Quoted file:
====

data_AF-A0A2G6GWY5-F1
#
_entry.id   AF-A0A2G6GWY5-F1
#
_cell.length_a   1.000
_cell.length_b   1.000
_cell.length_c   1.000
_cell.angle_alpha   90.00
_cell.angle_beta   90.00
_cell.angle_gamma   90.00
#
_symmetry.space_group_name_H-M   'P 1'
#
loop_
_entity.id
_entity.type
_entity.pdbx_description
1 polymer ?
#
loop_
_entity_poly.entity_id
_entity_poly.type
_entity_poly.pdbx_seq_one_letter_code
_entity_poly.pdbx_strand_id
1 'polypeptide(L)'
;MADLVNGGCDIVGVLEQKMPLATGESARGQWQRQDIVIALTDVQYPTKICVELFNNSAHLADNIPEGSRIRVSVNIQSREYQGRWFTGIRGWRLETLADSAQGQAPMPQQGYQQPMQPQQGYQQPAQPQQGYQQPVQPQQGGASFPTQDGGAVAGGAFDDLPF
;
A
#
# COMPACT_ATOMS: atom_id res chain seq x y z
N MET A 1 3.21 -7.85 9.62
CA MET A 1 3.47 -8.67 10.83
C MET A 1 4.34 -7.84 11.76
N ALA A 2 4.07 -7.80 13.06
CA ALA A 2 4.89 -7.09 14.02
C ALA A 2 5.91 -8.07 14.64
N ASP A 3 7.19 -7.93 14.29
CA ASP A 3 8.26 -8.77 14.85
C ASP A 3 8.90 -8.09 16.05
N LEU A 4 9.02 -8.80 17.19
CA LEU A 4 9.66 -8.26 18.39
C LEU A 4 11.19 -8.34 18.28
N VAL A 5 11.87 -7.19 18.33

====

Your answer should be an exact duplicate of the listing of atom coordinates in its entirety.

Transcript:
data_AF-A0A2G6GWY5-F1
#
_entry.id   AF-A0A2G6GWY5-F1
#
_cell.length_a   1.000
_cell.length_b   1.000
_cell.length_c   1.000
_cell.angle_alpha   90.00
_cell.angle_beta   90.00
_cell.angle_gamma   90.00
#
_symmetry.space_group_name_H-M   'P 1'
#
loop_
_entity.id
_entity.type
_entity.pdbx_description
1 polymer ?
#
loop_
_entity_poly.entity_id
_entity_poly.type
_entity_poly.pdbx_seq_one_letter_code
_entity_poly.pdbx_strand_id
1 'polypeptide(L)'
;MADLVNGGCDIVGVLEQKMPLATGESARGQWQRQDIVIALTDVQYPTKICVELFNNSAHLADNIPEGSRIRVSVNIQSREYQGRWFTGIRGWRLETLADSAQGQAPMPQQGYQQPMQPQQGYQQPAQPQQGYQQPVQPQQGGASFPTQDGGAVAGGAFDDLPF
;
A
#
# COMPACT_ATOMS: atom_id res chain seq x y z
N MET A 1 3.21 -7.85 9.62
CA MET A 1 3.47 -8.67 10.83
C MET A 1 4.34 -7.84 11.76
N ALA A 2 4.07 -7.80 13.06
CA ALA A 2 4.89 -7.09 14.02
C ALA A 2 5.91 -8.07 14.64
N ASP A 3 7.19 -7.93 14.29
CA ASP A 3 8.26 -8.77 14.85
C ASP A 3 8.90 -8.09 16.05
N LEU A 4 9.02 -8.80 17.19
CA LEU A 4 9.66 -8.26 18.39
C LEU A 4 11.19 -8.34 18.28
N VAL A 5 11.87 -7.19 18.33